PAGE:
By Kaya Allan Sugerman
Over a week ago we were “Leaving for Buenaventura”, to accompany in the Humanitarian Space of Puente Nayero. This write-up is meant to serve as a follow-up.
As political accompaniers, sometimes we remark on the fact that we work out of a “constant state of crisis.” We turn to each other knowingly in the field or office when a so called “security situation” arises or when logistical details quickly change, and we’re required to make a set of well thought out but rapid-fire decisions about what to do next. Traveling as much as we do, a crisis might also mean running out of toilet paper on a 20-hour bus trip. Regardless of the impetus, it comes with the job. We are present to react and respond. Being able to stay calm and sort through what needs immediate action, what does not, and what to do next, is something that one learns more and more as time goes on. But if we as accompaniers often find ourselves in this state, it is only a reflection of the fact that the Colombian organizations and communities we accompany in the field are living this reality. They have made a conscious choice to put their lives on the line in order to defend their basic human rights – as a mechanism for survival, and as a means for transformative change. This is the situation in which leaders of the Humanitarian Space of Buenaventura and the Commission of Justice and Peace find themselves.
Accompanying in Buenaventura means responding in a city where ‘constant state of crisis’ is no understatement for those who live there. The region of Valle de Cauca, and in particular its capital Cali, have been penned the “epicenter of Colombian organized crime” The Urabeños and Rastrojos (two of the largest and most powerful paramilitary groups in Colombia), and the FARC guerilla group have a hold on the department of Valle, and in Buenaventura, neo-paramilitary heads have found relative impunity under the half-watchful eye of the Police and Army. When international attention turned to the zone and its countless disappearances and violent homicides at the end of 2013, national security forces amped up their militarization of the city in March, 2014 , as was ordered by the Minister of Defense. Official Homicide rates have since gone down, but violent events still continue at an alarming rate. Of particular concern to us, and a focus in this past visit’s meetings, are the continued threats to members of the Humanitarian Space of Puente Nayero where we accompany (who are now protected by measures from the Inter-American Commission on Human Rights), and the fact that Buenaventura’s “chop houses” continue operating, particularly in the neo-paramilitary stronghold Alfonzo Lopez which neighbors the Space. Facts about these cases were made public in a December denouncement by the Interecleasial Justice and Peace Comission, whom we accompany in the region.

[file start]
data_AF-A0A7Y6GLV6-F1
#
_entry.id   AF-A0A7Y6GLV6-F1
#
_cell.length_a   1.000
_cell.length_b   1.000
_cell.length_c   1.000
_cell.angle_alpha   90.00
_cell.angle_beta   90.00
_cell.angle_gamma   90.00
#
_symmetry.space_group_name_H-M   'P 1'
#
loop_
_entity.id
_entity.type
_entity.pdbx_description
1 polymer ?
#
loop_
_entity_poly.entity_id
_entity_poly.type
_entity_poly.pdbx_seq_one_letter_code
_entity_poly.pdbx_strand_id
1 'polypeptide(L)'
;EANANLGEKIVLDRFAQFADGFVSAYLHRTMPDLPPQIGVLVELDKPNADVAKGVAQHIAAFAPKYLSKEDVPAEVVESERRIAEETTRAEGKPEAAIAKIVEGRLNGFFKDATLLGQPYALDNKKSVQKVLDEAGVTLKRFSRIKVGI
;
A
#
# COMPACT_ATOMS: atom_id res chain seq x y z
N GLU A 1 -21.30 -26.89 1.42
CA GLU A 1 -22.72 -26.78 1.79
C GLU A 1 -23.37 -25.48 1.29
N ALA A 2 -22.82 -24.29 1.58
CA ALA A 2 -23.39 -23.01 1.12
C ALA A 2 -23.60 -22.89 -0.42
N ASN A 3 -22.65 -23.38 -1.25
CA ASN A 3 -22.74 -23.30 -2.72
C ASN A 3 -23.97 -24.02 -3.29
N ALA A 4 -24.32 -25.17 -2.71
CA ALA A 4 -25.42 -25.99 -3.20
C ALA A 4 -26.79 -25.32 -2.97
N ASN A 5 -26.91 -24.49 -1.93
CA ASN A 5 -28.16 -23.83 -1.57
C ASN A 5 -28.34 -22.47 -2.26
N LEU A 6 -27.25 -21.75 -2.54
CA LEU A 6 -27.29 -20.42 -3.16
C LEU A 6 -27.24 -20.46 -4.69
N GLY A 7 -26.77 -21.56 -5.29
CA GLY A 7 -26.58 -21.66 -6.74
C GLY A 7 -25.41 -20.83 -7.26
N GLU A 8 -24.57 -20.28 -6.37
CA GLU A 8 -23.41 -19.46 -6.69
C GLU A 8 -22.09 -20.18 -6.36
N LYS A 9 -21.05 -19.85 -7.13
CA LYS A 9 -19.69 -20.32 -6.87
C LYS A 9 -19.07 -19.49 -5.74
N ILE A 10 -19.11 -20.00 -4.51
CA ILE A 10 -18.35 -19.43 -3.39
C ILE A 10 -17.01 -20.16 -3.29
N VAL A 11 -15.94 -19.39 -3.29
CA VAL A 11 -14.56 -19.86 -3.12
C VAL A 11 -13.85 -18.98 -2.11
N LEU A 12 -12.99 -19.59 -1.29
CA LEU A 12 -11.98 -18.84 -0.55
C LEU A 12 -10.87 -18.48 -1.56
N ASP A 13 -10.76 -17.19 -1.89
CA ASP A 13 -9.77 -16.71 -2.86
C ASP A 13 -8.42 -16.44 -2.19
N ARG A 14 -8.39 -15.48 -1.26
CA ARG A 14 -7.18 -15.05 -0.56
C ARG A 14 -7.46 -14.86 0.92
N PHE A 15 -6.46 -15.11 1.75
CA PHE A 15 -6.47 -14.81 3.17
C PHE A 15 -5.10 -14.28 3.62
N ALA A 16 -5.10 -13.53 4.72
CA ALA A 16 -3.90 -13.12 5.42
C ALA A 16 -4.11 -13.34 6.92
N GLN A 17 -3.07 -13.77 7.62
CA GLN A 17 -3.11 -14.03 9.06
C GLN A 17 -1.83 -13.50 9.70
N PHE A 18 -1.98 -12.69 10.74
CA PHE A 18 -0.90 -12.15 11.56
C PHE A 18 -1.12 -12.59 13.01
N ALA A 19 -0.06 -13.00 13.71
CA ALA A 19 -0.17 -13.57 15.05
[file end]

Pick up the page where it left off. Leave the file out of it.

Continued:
During the first visit to Buenaventura in 2015, FOR Peace Presence had meetings with the head colonel of the Buenaventura Metropolitan Police and with the Defensoría del Pueblo, which functions as an office of citizen protection. Beyond our physical presence in the Space and with human rights defenders we accompany, these meetings allow us to collect information on recent events, make visible the issues faced by our Colombian partners, and hold entities accountable for what they have agreed to do to protect the civil population, and in the case of the Humanitarian Space, what they are obligated to do by IACHR Prevention Measures granted in September of 2014. As one can see from our last Monthly Update, we meet with an array of local, national and international entities every six months, or sooner when an urgent situation arises, to maintain open lines of communication. We also meet to make it clear that our international networks of support – and their networks – are attentive to these entities’ actions, and sometimes to their inaction – this time, around the incidents that we highlighted in our last post.
Political meetings are an invaluable part of this work, but we draw inspiration from the communities we work alongside – spending time with them, sharing stories and learning how they got to where they are, is what I will take away with me when I leave Colombia.
Over the past many months, accompanying in the Humanitarian Space has also included singing and dancing celebrations, witnessing community assemblies, and the telling of a collective history of displacement and resistance. A large majority of the community comes from the Naya River region, and many were displaced by violent conflict that marred the 1990s in this area.
This community is made up of fathers, mothers, brothers, sisters and children that have an active commitment to their survival and self-protection, and thus, to a Humanitarian Space free of violence, illegal conduct, and armed activities – something uncommon for the region. There’s still a long, difficult road to traverse – generations of violence by local neo-paramilitary groups and the terrorization of the civil population translates into intense fear and difficulty when insisting, especially to well-known, dangerous paramilitary members, that they leave the Space. But they also gain more strength as time goes on, and we as FOR Peace Presence will continue accompanying in support these communities. If you would like to stand with us in this struggle, we urge you to consider donating to our organization as we work to protect human rights defenders and amplify and visibilize nonviolent, grass-root alternatives to systemic violence in Colombia.